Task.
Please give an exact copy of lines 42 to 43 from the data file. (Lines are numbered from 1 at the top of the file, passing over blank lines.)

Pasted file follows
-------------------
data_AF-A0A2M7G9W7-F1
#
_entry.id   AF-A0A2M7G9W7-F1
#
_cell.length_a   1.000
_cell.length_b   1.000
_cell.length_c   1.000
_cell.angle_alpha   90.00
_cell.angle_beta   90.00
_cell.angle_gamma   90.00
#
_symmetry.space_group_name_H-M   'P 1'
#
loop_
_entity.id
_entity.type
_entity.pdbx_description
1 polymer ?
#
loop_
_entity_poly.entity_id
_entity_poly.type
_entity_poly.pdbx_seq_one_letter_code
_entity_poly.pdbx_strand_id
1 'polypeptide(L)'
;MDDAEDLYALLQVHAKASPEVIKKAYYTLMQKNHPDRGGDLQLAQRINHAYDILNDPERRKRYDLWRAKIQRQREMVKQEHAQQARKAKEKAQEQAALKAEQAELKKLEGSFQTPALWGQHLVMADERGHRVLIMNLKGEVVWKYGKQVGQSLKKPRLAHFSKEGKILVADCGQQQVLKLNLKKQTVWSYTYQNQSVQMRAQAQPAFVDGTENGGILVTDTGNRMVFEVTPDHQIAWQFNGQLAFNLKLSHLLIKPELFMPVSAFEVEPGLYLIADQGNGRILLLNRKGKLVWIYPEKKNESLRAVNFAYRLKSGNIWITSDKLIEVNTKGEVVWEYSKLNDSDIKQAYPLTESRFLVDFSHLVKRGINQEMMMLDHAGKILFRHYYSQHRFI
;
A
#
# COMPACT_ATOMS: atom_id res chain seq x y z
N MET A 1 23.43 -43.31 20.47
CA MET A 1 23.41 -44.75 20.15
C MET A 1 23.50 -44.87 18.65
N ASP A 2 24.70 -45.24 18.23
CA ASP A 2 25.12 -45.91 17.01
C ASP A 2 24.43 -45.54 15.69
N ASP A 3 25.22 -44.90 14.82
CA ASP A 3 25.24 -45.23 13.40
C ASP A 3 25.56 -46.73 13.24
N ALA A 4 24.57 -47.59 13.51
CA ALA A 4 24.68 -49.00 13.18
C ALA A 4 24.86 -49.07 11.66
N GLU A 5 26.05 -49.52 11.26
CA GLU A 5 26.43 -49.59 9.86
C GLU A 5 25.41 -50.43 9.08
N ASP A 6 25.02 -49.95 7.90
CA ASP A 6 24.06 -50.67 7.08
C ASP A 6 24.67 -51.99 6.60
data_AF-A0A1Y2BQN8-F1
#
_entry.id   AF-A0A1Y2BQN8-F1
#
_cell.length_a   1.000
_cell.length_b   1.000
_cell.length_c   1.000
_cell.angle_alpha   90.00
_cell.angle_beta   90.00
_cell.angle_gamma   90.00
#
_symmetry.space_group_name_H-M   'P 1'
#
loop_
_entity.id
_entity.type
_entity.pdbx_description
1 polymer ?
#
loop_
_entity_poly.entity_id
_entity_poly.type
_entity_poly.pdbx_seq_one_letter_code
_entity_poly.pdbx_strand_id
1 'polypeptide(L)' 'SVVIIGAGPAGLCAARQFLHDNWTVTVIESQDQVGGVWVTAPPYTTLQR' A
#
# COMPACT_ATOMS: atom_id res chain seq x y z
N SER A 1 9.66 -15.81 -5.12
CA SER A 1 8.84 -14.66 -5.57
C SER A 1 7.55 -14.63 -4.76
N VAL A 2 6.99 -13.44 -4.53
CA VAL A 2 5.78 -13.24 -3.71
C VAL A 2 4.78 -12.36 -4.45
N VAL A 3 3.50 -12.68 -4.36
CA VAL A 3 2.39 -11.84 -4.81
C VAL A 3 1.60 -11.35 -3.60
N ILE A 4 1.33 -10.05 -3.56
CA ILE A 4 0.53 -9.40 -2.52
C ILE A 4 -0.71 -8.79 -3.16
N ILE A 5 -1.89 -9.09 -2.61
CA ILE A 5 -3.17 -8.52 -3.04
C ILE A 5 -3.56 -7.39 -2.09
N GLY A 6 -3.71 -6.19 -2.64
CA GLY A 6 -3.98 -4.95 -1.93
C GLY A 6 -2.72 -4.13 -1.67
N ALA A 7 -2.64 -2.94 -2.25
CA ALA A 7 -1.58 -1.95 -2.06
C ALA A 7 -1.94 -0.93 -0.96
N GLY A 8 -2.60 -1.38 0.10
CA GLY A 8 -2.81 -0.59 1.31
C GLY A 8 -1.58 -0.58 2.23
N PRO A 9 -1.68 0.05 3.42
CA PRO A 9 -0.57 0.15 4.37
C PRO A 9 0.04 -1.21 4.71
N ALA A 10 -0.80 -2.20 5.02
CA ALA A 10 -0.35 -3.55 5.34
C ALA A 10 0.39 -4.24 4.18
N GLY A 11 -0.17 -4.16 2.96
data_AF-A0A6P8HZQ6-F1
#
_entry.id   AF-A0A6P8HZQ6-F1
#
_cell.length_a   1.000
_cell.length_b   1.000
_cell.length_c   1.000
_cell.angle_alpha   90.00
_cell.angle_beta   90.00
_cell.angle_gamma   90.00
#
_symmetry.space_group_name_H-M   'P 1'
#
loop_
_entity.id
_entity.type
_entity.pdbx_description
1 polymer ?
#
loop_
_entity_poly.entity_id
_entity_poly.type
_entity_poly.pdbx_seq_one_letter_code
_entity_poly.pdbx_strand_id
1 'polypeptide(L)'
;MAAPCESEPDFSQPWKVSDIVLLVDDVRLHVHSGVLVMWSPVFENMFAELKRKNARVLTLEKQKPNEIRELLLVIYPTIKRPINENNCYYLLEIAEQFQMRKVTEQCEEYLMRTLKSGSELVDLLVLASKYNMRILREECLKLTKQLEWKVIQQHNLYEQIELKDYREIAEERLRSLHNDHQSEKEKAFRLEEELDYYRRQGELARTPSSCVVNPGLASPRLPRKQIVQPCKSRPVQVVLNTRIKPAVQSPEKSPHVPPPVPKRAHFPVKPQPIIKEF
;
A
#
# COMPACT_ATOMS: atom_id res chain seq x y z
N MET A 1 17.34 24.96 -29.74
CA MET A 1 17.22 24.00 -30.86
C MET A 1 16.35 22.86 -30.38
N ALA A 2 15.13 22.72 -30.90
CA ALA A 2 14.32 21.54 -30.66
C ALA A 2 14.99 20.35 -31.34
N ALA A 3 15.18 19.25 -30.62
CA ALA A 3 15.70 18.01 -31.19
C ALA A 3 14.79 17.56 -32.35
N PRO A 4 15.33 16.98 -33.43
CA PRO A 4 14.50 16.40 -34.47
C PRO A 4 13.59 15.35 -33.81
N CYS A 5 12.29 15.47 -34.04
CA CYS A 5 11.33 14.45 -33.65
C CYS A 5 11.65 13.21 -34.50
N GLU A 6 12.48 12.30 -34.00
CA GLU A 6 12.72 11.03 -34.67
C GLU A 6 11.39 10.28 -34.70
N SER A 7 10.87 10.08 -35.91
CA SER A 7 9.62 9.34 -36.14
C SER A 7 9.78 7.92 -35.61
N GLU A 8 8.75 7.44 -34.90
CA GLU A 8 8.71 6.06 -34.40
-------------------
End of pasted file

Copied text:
C ALA A 4 24.86 -49.07 11.66
N GLU A 5 26.05 -49.52 11.26